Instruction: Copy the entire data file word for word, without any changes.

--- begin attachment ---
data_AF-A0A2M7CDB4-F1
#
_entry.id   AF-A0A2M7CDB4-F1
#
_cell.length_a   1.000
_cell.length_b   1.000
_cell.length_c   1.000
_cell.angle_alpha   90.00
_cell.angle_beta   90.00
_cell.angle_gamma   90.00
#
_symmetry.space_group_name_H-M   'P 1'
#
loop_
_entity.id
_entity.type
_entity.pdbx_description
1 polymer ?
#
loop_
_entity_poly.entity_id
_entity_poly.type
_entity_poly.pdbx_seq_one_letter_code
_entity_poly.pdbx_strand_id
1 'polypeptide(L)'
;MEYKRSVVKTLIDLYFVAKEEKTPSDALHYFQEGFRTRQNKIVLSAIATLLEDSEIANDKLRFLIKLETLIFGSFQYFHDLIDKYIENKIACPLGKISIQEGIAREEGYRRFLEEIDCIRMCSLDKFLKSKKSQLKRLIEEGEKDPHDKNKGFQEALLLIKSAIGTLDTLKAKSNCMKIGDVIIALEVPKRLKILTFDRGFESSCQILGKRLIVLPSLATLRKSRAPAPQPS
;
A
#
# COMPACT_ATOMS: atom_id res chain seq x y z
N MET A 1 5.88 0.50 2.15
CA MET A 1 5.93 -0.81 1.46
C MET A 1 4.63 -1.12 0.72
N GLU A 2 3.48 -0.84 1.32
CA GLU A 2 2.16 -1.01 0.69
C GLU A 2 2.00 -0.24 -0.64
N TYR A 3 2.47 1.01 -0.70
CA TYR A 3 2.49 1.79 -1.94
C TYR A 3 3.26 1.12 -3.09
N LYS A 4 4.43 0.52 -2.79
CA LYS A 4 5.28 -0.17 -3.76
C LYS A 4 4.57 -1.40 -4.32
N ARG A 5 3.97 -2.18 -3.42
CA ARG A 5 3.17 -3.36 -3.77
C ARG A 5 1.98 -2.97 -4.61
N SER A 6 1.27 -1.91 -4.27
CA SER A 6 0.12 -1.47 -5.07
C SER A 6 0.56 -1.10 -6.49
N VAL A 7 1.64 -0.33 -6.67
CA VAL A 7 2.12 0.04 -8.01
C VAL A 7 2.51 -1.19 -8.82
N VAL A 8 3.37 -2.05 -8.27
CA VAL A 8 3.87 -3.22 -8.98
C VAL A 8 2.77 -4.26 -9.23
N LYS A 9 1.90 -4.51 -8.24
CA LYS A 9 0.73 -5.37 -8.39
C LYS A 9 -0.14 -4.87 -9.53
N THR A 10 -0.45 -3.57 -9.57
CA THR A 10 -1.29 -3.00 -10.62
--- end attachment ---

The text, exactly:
data_AF-A0A2M7CDB4-F1
#
_entry.id   AF-A0A2M7CDB4-F1
#
_cell.length_a   1.000
_cell.length_b   1.000
_cell.length_c   1.000
_cell.angle_alpha   90.00
_cell.angle_beta   90.00
_cell.angle_gamma   90.00
#
_symmetry.space_group_name_H-M   'P 1'
#
loop_
_entity.id
_entity.type
_entity.pdbx_description
1 polymer ?
#
loop_
_entity_poly.entity_id
_entity_poly.type
_entity_poly.pdbx_seq_one_letter_code
_entity_poly.pdbx_strand_id
1 'polypeptide(L)'
;MEYKRSVVKTLIDLYFVAKEEKTPSDALHYFQEGFRTRQNKIVLSAIATLLEDSEIANDKLRFLIKLETLIFGSFQYFHDLIDKYIENKIACPLGKISIQEGIAREEGYRRFLEEIDCIRMCSLDKFLKSKKSQLKRLIEEGEKDPHDKNKGFQEALLLIKSAIGTLDTLKAKSNCMKIGDVIIALEVPKRLKILTFDRGFESSCQILGKRLIVLPSLATLRKSRAPAPQPS
;
A
#
# COMPACT_ATOMS: atom_id res chain seq x y z
N MET A 1 5.88 0.50 2.15
CA MET A 1 5.93 -0.81 1.46
C MET A 1 4.63 -1.12 0.72
N GLU A 2 3.48 -0.84 1.32
CA GLU A 2 2.16 -1.01 0.69
C GLU A 2 2.00 -0.24 -0.64
N TYR A 3 2.47 1.01 -0.70
CA TYR A 3 2.49 1.79 -1.94
C TYR A 3 3.26 1.12 -3.09
N LYS A 4 4.43 0.52 -2.79
CA LYS A 4 5.28 -0.17 -3.76
C LYS A 4 4.57 -1.40 -4.32
N ARG A 5 3.97 -2.18 -3.42
CA ARG A 5 3.17 -3.36 -3.77
C ARG A 5 1.98 -2.97 -4.61
N SER A 6 1.27 -1.91 -4.27
CA SER A 6 0.12 -1.47 -5.07
C SER A 6 0.56 -1.10 -6.49
N VAL A 7 1.64 -0.33 -6.67
CA VAL A 7 2.12 0.04 -8.01
C VAL A 7 2.51 -1.19 -8.82
N VAL A 8 3.37 -2.05 -8.27
CA VAL A 8 3.87 -3.22 -8.98
C VAL A 8 2.77 -4.26 -9.23
N LYS A 9 1.90 -4.51 -8.24
CA LYS A 9 0.73 -5.37 -8.39
C LYS A 9 -0.14 -4.87 -9.53
N THR A 10 -0.45 -3.57 -9.57
CA THR A 10 -1.29 -3.00 -10.62